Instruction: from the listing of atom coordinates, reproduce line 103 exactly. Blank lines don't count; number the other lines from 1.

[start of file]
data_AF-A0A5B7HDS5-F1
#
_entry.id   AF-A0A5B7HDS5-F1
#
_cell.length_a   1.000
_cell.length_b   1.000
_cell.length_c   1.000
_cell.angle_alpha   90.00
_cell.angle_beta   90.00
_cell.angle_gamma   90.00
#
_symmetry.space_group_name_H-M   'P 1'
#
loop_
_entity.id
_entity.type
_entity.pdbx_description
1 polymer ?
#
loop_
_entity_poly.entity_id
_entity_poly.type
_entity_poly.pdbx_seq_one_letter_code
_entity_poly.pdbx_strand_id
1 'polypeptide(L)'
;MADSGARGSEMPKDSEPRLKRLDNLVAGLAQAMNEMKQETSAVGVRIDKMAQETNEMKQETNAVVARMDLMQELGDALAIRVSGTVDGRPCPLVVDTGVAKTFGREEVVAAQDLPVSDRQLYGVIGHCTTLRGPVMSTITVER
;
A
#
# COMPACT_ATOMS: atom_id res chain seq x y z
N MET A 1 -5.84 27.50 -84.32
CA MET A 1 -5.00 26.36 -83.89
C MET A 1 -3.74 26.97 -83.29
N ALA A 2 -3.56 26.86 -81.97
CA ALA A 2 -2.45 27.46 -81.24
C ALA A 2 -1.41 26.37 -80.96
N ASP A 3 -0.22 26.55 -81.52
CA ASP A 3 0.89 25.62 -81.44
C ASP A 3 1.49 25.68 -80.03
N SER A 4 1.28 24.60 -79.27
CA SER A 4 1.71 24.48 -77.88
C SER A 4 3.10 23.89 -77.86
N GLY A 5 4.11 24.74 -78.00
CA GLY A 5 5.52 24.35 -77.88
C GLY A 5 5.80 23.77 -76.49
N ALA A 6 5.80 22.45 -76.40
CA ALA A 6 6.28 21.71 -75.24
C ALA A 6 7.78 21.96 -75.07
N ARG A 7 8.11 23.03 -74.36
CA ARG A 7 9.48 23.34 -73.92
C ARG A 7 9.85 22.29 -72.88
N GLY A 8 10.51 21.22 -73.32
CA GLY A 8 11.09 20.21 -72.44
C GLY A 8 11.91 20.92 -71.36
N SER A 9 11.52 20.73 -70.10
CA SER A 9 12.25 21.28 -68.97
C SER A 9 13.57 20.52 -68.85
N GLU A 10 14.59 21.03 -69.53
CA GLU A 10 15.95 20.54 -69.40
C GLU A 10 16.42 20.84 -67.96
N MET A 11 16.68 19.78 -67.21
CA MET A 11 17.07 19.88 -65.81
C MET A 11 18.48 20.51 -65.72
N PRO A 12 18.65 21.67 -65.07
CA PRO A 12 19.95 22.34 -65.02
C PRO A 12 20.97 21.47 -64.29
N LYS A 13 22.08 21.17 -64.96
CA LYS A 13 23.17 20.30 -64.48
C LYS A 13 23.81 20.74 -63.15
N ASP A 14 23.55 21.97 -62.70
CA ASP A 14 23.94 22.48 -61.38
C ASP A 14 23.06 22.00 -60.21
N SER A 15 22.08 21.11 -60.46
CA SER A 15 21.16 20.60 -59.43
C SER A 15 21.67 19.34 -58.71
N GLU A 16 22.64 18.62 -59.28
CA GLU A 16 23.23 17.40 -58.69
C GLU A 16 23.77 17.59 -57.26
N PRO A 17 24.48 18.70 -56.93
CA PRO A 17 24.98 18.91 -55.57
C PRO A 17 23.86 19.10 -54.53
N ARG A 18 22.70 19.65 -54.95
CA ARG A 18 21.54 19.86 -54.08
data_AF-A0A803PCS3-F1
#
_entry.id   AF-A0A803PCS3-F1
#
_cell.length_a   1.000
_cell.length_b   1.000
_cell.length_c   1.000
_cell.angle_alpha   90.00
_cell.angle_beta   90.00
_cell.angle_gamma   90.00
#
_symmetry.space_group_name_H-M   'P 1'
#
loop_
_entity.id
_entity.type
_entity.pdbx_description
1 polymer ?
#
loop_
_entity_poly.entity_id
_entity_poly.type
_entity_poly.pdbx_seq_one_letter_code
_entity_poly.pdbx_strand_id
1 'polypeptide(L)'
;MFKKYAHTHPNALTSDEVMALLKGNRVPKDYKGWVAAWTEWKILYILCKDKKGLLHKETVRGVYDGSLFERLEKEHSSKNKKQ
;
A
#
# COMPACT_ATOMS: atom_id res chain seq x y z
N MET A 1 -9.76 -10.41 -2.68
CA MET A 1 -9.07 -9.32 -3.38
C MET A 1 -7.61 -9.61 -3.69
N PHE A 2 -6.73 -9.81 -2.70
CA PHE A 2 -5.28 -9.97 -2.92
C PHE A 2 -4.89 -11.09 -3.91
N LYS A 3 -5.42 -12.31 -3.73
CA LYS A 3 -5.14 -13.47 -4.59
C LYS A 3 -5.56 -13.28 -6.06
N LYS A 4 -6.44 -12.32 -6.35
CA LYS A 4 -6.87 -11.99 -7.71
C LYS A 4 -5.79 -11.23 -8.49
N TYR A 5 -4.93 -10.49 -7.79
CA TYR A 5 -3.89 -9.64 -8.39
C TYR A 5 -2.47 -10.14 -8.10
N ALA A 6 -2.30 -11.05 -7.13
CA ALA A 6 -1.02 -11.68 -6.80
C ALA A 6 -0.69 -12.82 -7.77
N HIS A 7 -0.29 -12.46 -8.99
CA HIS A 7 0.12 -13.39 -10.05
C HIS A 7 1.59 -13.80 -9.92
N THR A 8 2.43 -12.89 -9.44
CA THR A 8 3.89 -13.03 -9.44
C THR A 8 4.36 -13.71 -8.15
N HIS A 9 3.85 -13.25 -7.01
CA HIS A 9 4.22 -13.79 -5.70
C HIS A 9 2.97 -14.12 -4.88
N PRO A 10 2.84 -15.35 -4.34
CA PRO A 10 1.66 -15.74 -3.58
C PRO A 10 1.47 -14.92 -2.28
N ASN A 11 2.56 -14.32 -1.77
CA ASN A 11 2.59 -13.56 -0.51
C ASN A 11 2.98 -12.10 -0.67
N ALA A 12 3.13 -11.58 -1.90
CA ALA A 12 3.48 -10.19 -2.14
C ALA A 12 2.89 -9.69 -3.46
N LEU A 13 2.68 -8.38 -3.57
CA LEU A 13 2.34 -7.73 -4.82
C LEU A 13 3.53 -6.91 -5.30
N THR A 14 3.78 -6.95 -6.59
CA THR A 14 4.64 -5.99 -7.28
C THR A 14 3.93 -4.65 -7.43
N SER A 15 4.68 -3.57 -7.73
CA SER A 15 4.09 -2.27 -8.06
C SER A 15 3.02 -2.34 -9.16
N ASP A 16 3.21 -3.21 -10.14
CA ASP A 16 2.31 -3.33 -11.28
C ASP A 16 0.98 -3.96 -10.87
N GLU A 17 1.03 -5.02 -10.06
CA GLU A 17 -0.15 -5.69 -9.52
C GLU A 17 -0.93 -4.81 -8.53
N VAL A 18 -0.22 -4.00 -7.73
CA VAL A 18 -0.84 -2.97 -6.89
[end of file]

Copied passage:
loop_